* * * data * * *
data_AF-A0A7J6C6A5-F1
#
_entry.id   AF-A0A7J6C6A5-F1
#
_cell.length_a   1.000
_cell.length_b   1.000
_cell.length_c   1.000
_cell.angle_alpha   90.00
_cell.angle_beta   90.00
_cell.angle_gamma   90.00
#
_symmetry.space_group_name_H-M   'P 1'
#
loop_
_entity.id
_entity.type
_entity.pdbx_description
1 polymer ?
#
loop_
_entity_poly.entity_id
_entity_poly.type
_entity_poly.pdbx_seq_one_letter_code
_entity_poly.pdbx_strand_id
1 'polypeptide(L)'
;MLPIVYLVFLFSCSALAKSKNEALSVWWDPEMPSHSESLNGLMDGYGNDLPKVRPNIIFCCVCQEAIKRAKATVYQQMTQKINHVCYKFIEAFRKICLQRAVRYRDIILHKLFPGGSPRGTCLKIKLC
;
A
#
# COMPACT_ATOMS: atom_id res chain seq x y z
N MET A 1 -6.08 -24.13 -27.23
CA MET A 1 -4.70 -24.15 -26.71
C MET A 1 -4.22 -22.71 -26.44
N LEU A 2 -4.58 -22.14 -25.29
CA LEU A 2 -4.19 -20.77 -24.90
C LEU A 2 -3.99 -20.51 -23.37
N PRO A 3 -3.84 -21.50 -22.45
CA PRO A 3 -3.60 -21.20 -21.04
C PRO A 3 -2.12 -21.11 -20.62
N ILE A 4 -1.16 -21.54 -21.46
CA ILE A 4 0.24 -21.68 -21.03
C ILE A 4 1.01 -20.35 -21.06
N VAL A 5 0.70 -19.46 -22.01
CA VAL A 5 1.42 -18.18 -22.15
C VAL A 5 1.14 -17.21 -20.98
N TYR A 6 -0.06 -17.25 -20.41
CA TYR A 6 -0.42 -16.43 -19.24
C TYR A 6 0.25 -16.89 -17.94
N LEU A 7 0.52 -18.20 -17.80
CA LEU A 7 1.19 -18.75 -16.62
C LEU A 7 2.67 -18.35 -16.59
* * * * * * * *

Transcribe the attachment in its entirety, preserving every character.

data_AF-A0A7J6C6A5-F1
#
_entry.id   AF-A0A7J6C6A5-F1
#
_cell.length_a   1.000
_cell.length_b   1.000
_cell.length_c   1.000
_cell.angle_alpha   90.00
_cell.angle_beta   90.00
_cell.angle_gamma   90.00
#
_symmetry.space_group_name_H-M   'P 1'
#
loop_
_entity.id
_entity.type
_entity.pdbx_description
1 polymer ?
#
loop_
_entity_poly.entity_id
_entity_poly.type
_entity_poly.pdbx_seq_one_letter_code
_entity_poly.pdbx_strand_id
1 'polypeptide(L)'
;MLPIVYLVFLFSCSALAKSKNEALSVWWDPEMPSHSESLNGLMDGYGNDLPKVRPNIIFCCVCQEAIKRAKATVYQQMTQKINHVCYKFIEAFRKICLQRAVRYRDIILHKLFPGGSPRGTCLKIKLC
;
A
#
# COMPACT_ATOMS: atom_id res chain seq x y z
N MET A 1 -6.08 -24.13 -27.23
CA MET A 1 -4.70 -24.15 -26.71
C MET A 1 -4.22 -22.71 -26.44
N LEU A 2 -4.58 -22.14 -25.29
CA LEU A 2 -4.19 -20.77 -24.90
C LEU A 2 -3.99 -20.51 -23.37
N PRO A 3 -3.84 -21.50 -22.45
CA PRO A 3 -3.60 -21.20 -21.04
C PRO A 3 -2.12 -21.11 -20.62
N ILE A 4 -1.16 -21.54 -21.46
CA ILE A 4 0.24 -21.68 -21.03
C ILE A 4 1.01 -20.35 -21.06
N VAL A 5 0.70 -19.46 -22.01
CA VAL A 5 1.42 -18.18 -22.15
C VAL A 5 1.14 -17.21 -20.98
N TYR A 6 -0.06 -17.25 -20.41
CA TYR A 6 -0.42 -16.43 -19.24
C TYR A 6 0.25 -16.89 -17.94
N LEU A 7 0.52 -18.20 -17.80
CA LEU A 7 1.19 -18.75 -16.62
C LEU A 7 2.67 -18.35 -16.59